Newspaper article The Christian Science Monitor

High-Water Pants and Kennedy Candidacy

Newspaper article The Christian Science Monitor

High-Water Pants and Kennedy Candidacy

Article excerpt

Once again I find myself turning to Helen Thomas's "Front Row at the White House." She stirs up so many memories of the days when the presidency was my beat. Often as I read her book I chuckled to myself - as I did when I came upon this: "(President) Ford did a lot of traveling in his short time as President, sometimes making more headlines for the gaffes than the policy. On a visit to Japan he wore formal attire of striped pants and a cutaway coat for his meeting with Emperor Hirohito, but the pants stopped somewhere around his ankles."

Well, right here is my opportunity to claim a minuscule place in history: I was in the small pool of reporters covering that early- morning Ford-Hirohito get-together and I was the first to note Mr. Ford's embarrassment and shout to my colleagues, "Hey, the president is wearing short pants today!" We laughed all the way back to our hotel. And the picture showing Ford's shortcomings made page 1 in papers all over the world, completely overshadowing the president's diplomatic activities on his trip to Japan.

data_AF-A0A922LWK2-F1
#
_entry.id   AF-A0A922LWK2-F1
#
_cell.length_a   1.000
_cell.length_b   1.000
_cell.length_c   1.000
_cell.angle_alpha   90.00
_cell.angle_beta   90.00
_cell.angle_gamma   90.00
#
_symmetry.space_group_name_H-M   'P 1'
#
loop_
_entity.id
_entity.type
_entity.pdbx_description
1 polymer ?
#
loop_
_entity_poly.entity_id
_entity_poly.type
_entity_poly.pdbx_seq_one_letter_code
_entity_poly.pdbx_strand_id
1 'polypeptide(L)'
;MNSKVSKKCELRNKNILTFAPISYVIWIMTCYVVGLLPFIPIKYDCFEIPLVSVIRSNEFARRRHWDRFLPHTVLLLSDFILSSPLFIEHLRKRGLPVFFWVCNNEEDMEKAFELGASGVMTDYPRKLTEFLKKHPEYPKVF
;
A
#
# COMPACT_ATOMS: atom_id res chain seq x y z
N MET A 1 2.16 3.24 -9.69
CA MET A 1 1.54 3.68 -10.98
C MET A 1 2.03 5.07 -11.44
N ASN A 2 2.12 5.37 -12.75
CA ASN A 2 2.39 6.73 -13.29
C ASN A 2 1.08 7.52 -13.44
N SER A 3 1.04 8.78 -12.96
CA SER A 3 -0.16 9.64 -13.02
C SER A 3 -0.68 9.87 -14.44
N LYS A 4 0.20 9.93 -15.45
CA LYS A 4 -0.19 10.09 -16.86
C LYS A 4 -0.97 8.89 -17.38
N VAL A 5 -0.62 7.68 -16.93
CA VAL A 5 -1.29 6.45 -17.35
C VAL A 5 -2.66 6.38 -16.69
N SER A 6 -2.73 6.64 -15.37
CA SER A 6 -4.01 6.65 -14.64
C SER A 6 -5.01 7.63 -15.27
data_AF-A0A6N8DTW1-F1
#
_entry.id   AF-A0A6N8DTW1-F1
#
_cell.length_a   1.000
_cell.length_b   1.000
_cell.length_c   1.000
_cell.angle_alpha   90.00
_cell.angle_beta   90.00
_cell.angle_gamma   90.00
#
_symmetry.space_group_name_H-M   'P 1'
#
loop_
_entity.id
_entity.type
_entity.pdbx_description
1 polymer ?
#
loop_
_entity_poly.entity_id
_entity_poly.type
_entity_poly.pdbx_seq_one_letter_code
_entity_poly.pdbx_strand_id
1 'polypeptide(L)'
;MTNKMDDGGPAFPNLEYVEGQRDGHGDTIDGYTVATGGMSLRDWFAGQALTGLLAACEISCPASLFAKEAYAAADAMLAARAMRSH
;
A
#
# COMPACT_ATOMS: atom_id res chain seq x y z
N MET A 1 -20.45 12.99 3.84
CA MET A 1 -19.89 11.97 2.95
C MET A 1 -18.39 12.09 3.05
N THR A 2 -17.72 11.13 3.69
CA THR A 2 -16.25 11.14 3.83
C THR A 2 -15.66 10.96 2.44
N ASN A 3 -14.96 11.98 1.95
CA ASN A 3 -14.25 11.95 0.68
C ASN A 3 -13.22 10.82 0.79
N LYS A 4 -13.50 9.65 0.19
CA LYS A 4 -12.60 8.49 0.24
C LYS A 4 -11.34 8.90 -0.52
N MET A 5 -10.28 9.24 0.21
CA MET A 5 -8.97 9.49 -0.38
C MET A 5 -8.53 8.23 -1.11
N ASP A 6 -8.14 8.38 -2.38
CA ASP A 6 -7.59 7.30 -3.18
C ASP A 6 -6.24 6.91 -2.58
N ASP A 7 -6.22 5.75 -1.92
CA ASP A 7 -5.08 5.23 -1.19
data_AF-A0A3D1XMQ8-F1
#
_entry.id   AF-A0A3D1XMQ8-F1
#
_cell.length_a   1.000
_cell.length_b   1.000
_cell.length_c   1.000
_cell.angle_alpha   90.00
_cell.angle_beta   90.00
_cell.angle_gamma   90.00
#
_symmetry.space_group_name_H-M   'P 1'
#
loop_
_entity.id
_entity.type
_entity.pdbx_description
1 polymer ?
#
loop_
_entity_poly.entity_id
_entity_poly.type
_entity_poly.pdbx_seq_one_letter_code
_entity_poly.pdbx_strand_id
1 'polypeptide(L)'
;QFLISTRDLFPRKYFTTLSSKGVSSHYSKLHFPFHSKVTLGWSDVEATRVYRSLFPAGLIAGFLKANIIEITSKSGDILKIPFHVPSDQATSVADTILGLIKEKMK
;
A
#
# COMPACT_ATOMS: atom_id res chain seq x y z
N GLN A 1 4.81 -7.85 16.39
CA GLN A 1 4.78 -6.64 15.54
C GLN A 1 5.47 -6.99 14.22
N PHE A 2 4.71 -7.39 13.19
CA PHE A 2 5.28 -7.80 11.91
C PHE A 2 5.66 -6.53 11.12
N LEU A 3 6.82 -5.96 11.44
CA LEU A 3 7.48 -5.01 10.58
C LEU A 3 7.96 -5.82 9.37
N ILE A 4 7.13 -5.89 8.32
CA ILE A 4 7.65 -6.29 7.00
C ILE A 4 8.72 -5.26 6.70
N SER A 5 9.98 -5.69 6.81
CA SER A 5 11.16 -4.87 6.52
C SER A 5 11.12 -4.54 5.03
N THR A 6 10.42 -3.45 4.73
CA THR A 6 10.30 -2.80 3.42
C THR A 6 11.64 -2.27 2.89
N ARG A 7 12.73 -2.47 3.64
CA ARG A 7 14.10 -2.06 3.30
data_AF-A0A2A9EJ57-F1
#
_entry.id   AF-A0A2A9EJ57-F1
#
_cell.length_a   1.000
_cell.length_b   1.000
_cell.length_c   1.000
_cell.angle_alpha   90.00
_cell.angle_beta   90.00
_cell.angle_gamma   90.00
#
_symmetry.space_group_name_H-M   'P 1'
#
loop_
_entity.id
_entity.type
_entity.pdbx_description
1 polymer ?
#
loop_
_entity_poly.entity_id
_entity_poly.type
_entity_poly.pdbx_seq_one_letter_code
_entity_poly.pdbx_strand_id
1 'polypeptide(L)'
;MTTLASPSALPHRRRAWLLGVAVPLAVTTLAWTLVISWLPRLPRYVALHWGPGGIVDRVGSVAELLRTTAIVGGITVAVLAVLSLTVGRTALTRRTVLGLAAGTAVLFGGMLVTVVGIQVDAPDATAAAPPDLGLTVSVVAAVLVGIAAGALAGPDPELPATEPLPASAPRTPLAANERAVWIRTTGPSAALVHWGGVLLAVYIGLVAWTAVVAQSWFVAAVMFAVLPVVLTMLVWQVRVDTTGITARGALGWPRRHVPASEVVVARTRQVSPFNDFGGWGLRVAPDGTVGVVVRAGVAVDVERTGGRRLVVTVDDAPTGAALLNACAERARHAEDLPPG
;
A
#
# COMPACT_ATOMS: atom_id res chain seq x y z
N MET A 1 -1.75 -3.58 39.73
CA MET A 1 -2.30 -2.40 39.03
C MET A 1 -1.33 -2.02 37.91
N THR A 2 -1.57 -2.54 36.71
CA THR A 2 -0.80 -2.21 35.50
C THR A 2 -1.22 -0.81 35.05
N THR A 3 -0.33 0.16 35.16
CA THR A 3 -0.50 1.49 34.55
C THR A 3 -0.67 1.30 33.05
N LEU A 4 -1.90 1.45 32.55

That's really not so funny after all - and nothing to boast about. It's a good example of how the press, by playing up a trivial incident sometimes unintentionally diverts the public's attention from important news. I didn't think of that back then. And, after all, Ford did it to himself. A president or presidential candidate can't let himself look ridiculous without drawing a lot of attention. Remember Coolidge and his Indian headdress and Dukakis driving that tank. Ms. Thomas writes about another presidential embarrassment, this one to President Carter. It was 1980 and the scene was the Democratic National Convention after Mr. Carter had fought off a challenge from Sen. Ted Kennedy during the primaries. "I will never forget," she tells us, "that sad and humiliating moment on the big stage when Carter went over to shake Kennedy's hand and Kennedy turned away from him." I recall it well too; I was watching from just a few feet outside the stage. …

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